Meaning of PILE in English

I. pile 1 S2 /paɪl/ BrE AmE noun

[ Sense 1-6, 9: Date: 1400-1500 ; Language: French ; Origin: Latin pila ; ⇨ ↑ pillar ]

[ Sense 7: Date: 1500-1600 ; Language: Latin ; Origin: pilus 'hair' ]

[ Sense 8: Language: Old English ; Origin: pil , from Latin pilum 'javelin' ]

[ Sense 10: Date: 1400-1500 ; Language: Latin ; Origin: pila 'ball' ]

1 . ARRANGEMENT OF THINGS [countable] a group of several things of the same type that are put on top of each other SYN stack

pile of

His mother came in carrying a pile of ironing in her arms.

Flora shuffled through a pile of magazines.

put something in/into a pile

She tidied up the books and put them in neat piles.

He balanced the plate on the top of a pile of books.

2 . LARGE AMOUNT [countable] a large amount of something arranged in a shape that looks like a small hill

pile of

piles of melting snow

All that remained of the old house was a pile of rubble.

Sophie stooped to throw another branch on the pile.

He began to sweep the pieces of glass into a pile.

3 . a pile of something ( also piles of something ) informal a lot of something:

We’ve had piles of letters from viewers.

another pile of directives from the EU

4 . the bottom of the pile British English the weakest or least important position in a society or organization:

I soon discovered I was at the bottom of the pile in the office hierarchy.

She always puts her own needs to the bottom of the pile.

5 . the top of the pile British English the best or highest position in a society or organization:

It’s been 20 years since a British tennis player was at the top of the pile.

6 . HOUSE [countable] a very large old house:

They’ve just bought an 18th-century pile in Surrey.

7 . MATERIAL [uncountable and countable] the soft surface of short threads on a ↑ carpet or some types of cloth

thick/deep pile

Her feet sank into the thick pile of the rug.

a deep pile carpet

⇨ ↑ nap 1 (2)

8 . POST [countable] technical a heavy wooden, stone, or metal post, used to support something heavy

9 . make a/your pile informal to make a lot of money:

He had made his pile in the wholesale business.

10 . piles [plural] painfully swollen ↑ blood vessel s near a person’s ↑ anus

• • •


▪ pile a group of things of the same type that are put on top of each other:

a huge pile of cardboard boxes

▪ stack a neat pile of things of the same type:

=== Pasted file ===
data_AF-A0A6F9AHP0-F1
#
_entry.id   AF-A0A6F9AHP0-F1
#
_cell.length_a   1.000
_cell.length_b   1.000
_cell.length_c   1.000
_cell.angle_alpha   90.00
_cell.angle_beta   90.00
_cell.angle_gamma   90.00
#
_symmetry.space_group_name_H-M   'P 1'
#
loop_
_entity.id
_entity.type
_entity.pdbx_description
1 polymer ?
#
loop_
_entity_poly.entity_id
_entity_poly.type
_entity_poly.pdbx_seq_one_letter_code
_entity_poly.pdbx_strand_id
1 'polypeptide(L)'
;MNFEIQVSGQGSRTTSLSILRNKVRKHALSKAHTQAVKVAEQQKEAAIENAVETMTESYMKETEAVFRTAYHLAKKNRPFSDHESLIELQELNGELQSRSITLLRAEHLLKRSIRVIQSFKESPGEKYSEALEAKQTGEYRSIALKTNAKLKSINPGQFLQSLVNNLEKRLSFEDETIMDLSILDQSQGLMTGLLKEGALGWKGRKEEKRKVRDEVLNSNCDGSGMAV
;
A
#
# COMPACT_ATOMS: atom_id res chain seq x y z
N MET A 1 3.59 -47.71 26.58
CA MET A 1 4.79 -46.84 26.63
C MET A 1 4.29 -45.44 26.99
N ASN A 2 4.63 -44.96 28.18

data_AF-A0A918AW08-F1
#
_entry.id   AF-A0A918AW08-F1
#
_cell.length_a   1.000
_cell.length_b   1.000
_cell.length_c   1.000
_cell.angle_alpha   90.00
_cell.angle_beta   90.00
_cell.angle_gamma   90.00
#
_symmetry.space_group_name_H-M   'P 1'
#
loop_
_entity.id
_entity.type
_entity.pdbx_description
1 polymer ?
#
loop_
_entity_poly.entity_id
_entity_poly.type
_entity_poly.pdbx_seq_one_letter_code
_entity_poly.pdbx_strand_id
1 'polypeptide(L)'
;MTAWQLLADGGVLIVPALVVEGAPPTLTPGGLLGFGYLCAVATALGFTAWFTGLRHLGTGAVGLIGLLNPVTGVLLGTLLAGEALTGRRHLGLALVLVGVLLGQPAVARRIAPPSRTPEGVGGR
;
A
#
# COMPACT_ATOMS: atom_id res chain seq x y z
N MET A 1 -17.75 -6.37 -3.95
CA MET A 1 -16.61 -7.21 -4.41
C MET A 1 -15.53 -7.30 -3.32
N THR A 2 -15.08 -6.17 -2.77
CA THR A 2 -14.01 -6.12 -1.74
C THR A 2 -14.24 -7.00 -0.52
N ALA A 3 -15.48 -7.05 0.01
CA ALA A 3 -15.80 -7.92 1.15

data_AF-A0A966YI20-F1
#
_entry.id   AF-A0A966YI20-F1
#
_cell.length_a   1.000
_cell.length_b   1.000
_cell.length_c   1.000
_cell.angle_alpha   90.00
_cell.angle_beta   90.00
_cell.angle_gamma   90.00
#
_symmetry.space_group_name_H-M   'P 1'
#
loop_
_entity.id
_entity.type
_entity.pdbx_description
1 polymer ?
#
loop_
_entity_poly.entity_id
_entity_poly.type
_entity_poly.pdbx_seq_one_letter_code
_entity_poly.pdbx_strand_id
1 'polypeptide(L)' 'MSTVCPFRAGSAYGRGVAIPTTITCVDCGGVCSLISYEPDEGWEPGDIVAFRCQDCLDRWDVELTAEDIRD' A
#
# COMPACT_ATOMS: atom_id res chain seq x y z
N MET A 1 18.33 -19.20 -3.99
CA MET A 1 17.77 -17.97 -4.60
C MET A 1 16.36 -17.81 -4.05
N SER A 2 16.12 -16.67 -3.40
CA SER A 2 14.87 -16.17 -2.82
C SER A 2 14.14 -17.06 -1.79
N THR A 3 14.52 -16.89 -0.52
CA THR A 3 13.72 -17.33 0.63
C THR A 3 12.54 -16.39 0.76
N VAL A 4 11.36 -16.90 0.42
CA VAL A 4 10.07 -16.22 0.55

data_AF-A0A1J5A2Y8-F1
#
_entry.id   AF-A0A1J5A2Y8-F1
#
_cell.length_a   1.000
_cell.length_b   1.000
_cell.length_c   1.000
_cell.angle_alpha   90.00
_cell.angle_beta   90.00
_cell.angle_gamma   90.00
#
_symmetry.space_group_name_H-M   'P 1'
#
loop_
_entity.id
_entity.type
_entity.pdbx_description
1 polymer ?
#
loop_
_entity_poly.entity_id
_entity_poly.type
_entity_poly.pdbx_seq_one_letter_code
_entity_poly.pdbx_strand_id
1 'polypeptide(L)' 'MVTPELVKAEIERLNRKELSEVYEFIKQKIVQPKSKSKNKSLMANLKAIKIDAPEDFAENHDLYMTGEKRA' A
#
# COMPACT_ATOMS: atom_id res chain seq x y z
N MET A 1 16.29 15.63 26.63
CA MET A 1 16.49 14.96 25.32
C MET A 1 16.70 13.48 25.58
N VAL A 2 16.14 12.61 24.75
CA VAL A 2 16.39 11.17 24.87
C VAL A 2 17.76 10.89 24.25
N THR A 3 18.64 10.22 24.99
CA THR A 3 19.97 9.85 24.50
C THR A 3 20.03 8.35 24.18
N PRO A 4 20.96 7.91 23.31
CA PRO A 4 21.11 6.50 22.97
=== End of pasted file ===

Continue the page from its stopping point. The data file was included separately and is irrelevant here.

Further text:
There were stacks of books on the floor.

▪ heap a large messy pile of things:

All his clothes were in a heap on the floor.

▪ mound a pile of something with a round shape:

a small mound of rice on the plate

▪ mountain a very large pile of something with a round shape:

a mountain of dirty laundry waiting to be washed

II. pile 2 BrE AmE verb [transitive]

1 . [always + adverb/preposition] to fill a place or container or cover a surface with a large amount of things

pile something into/onto etc something

He piled bread and milk into his basket.

Melissa piled spaghetti onto her plate.

be piled with something

a chair piled with velvet cushions

The room was piled high with boxes (=filled with a lot of boxes) .

2 . ( also pile up ) to arrange things in a pile:

Ma stacked the cups and piled the plates.

pile something on/onto something

She brushed her hair and piled it carefully on top of her head.

pile in ( also pile into something ) phrasal verb

if people pile in, they get into a vehicle very quickly:

Pierre came to pick them up, and they all piled in.

pile something ↔ on phrasal verb informal

1 . pile it on/pile on the drama to talk about something in a way that makes it seem much worse than it really is SYN exaggerate :

I know I’m piling it on a bit, but there is a serious point to be made.

2 . pile on the pressure/agony to show that you are much better than your opponent in a game:

England piled on the pressure from the start.

3 . pile on the pounds to gain a lot of body weight:

She slimmed down a couple of years ago but has piled on the pounds again.

pile out phrasal verb

if people pile out, they leave a place or get out of a vehicle quickly and in a disorganized way:

Edward parked by the river and we all piled out.

pile up phrasal verb

1 . to increase in quantity or amount, in a way that is difficult to manage:

It wasn’t long before the debts were piling up.

The traffic starts piling up around this time.

The work has a tendency to pile up if I’m not careful.

2 . pile something ↔ up to arrange things in a pile:

tiny doughnuts piled up in a dish

⇨ ↑ pile-up

Longman Dictionary of Contemporary English.      Longman - Словарь современного английского языка.